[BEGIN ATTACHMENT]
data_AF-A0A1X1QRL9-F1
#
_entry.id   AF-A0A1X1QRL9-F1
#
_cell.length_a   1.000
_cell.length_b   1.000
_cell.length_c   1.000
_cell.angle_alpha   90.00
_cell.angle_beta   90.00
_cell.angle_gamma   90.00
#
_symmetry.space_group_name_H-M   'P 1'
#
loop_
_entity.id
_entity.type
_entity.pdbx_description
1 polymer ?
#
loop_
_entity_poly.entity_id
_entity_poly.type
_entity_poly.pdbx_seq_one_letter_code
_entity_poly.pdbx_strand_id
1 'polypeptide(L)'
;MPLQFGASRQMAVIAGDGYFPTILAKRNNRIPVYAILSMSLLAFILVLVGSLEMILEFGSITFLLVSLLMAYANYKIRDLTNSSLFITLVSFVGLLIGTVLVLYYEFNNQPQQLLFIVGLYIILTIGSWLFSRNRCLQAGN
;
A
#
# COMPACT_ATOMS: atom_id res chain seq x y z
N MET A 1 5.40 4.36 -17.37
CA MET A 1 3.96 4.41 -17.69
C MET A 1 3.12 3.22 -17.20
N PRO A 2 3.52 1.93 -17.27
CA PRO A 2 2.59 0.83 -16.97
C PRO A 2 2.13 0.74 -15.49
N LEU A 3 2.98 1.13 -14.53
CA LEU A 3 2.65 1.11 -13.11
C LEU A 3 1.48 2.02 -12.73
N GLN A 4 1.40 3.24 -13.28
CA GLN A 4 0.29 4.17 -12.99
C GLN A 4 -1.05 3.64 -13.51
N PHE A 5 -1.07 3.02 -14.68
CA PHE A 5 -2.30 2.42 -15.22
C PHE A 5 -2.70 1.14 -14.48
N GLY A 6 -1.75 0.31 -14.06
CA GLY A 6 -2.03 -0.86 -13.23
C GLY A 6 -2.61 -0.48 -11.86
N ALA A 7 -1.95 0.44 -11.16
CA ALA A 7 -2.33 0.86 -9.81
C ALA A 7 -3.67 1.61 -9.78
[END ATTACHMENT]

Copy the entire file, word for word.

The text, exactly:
data_AF-A0A1X1QRL9-F1
#
_entry.id   AF-A0A1X1QRL9-F1
#
_cell.length_a   1.000
_cell.length_b   1.000
_cell.length_c   1.000
_cell.angle_alpha   90.00
_cell.angle_beta   90.00
_cell.angle_gamma   90.00
#
_symmetry.space_group_name_H-M   'P 1'
#
loop_
_entity.id
_entity.type
_entity.pdbx_description
1 polymer ?
#
loop_
_entity_poly.entity_id
_entity_poly.type
_entity_poly.pdbx_seq_one_letter_code
_entity_poly.pdbx_strand_id
1 'polypeptide(L)'
;MPLQFGASRQMAVIAGDGYFPTILAKRNNRIPVYAILSMSLLAFILVLVGSLEMILEFGSITFLLVSLLMAYANYKIRDLTNSSLFITLVSFVGLLIGTVLVLYYEFNNQPQQLLFIVGLYIILTIGSWLFSRNRCLQAGN
;
A
#
# COMPACT_ATOMS: atom_id res chain seq x y z
N MET A 1 5.40 4.36 -17.37
CA MET A 1 3.96 4.41 -17.69
C MET A 1 3.12 3.22 -17.20
N PRO A 2 3.52 1.93 -17.27
CA PRO A 2 2.59 0.83 -16.97
C PRO A 2 2.13 0.74 -15.49
N LEU A 3 2.98 1.13 -14.53
CA LEU A 3 2.65 1.11 -13.11
C LEU A 3 1.48 2.02 -12.73
N GLN A 4 1.40 3.24 -13.28
CA GLN A 4 0.29 4.17 -12.99
C GLN A 4 -1.05 3.64 -13.51
N PHE A 5 -1.07 3.02 -14.68
CA PHE A 5 -2.30 2.42 -15.22
C PHE A 5 -2.70 1.14 -14.48
N GLY A 6 -1.75 0.31 -14.06
CA GLY A 6 -2.03 -0.86 -13.23
C GLY A 6 -2.61 -0.48 -11.86
N ALA A 7 -1.95 0.44 -11.16
CA ALA A 7 -2.33 0.86 -9.81
C ALA A 7 -3.67 1.61 -9.78